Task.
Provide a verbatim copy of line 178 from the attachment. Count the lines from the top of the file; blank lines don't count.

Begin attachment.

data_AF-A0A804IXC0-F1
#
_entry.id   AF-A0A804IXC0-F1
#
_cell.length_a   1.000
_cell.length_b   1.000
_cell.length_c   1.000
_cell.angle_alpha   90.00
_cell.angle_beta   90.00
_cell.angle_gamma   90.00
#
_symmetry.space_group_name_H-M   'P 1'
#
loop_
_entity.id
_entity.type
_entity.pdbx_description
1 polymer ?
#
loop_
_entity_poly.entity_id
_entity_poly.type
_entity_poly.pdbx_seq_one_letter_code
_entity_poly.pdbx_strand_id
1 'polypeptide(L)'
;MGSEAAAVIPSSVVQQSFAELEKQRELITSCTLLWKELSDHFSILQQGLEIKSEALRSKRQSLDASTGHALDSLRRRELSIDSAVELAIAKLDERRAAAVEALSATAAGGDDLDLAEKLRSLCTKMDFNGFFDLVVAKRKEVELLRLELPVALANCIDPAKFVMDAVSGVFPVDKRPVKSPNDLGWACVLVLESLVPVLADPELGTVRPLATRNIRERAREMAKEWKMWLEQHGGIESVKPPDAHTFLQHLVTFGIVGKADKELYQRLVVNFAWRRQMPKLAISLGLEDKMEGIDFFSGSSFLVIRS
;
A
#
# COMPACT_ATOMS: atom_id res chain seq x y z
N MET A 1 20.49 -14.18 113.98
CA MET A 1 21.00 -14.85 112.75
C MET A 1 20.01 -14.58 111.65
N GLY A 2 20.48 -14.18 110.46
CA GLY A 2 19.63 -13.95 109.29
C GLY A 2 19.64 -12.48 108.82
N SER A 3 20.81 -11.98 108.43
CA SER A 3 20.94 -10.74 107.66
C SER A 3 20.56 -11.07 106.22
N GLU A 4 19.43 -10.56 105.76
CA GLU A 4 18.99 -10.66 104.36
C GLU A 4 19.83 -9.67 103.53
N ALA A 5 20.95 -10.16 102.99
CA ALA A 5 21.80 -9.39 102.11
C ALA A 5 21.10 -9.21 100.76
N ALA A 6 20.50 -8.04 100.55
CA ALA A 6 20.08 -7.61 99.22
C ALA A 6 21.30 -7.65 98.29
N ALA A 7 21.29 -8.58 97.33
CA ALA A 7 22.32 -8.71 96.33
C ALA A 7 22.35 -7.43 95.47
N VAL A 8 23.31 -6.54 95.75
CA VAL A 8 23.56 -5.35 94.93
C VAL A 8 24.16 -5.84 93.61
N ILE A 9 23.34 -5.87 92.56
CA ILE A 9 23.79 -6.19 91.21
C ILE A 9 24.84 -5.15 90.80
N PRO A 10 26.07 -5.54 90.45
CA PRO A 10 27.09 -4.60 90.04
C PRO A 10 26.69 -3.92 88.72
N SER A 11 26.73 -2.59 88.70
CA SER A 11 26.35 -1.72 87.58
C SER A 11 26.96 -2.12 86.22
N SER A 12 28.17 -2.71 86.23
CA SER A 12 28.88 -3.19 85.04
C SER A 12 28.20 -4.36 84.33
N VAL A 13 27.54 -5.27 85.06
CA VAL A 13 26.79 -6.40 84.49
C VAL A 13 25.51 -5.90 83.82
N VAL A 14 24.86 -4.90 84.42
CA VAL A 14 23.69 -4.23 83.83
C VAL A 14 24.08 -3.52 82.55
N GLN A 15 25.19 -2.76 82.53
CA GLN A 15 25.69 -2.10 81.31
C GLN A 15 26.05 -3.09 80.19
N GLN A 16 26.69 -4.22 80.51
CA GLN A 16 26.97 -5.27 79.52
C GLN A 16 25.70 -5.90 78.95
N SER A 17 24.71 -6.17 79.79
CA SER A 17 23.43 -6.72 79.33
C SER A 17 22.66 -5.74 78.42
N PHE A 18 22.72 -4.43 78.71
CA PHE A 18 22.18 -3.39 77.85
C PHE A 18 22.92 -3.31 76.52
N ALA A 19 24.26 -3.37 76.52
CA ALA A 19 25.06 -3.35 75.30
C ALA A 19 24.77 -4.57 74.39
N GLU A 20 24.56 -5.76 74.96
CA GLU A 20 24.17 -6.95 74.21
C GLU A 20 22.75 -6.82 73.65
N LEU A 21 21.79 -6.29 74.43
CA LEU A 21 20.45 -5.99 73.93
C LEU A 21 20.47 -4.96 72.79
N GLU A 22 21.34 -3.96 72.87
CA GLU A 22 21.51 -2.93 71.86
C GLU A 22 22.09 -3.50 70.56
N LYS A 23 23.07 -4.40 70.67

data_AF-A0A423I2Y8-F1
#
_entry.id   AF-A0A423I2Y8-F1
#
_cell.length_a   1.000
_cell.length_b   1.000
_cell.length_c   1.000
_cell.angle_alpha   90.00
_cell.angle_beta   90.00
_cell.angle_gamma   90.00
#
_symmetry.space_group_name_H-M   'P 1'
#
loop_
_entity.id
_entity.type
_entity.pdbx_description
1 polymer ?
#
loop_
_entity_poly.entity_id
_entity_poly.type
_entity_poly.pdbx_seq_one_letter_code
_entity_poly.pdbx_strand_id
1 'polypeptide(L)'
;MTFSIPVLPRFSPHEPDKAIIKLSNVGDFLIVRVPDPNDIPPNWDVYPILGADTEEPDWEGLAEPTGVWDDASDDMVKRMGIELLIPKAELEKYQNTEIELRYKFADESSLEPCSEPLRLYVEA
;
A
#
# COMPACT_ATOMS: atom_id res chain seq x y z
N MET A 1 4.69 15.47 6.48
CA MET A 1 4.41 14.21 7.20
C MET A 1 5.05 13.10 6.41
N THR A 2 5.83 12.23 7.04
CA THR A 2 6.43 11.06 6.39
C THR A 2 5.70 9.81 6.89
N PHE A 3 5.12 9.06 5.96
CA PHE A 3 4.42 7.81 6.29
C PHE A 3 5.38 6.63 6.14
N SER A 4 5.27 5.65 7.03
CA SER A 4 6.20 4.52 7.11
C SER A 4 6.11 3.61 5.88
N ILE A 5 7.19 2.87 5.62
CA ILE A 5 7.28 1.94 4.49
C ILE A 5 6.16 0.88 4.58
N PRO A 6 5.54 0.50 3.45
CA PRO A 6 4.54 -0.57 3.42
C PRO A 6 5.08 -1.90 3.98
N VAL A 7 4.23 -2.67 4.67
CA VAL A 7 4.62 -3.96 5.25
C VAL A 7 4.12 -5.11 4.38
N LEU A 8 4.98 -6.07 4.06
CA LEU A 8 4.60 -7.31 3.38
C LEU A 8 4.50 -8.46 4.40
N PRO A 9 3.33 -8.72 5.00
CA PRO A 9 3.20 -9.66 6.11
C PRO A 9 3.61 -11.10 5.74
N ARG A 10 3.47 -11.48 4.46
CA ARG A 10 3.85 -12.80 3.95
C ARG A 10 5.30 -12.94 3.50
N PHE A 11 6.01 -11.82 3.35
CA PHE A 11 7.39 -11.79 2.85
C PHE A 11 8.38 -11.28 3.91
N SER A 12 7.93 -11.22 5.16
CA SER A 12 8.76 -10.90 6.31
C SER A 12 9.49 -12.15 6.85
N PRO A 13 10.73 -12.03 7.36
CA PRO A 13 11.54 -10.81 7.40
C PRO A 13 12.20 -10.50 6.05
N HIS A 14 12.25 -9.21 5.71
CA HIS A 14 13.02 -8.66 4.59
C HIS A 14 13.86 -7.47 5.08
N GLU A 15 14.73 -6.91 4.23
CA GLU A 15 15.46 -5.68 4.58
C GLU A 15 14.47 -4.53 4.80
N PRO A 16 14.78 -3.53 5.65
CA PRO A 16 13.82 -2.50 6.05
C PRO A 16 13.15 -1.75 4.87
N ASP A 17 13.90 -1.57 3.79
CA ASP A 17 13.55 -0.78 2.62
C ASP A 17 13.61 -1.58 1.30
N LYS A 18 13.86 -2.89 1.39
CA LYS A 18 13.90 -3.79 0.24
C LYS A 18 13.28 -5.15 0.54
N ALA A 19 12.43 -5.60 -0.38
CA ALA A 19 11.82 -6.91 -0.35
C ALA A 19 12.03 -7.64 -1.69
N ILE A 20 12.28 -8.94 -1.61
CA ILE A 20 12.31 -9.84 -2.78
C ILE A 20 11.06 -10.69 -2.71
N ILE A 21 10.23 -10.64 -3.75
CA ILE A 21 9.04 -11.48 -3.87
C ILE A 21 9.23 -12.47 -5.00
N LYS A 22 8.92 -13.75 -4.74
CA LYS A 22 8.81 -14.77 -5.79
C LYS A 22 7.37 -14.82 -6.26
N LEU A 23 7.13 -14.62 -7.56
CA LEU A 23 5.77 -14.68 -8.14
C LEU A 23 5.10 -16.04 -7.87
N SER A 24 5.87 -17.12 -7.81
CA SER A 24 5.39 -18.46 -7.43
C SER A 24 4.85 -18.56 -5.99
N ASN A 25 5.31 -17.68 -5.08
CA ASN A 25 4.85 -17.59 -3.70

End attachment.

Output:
C ASP A 17 13.61 -1.58 1.30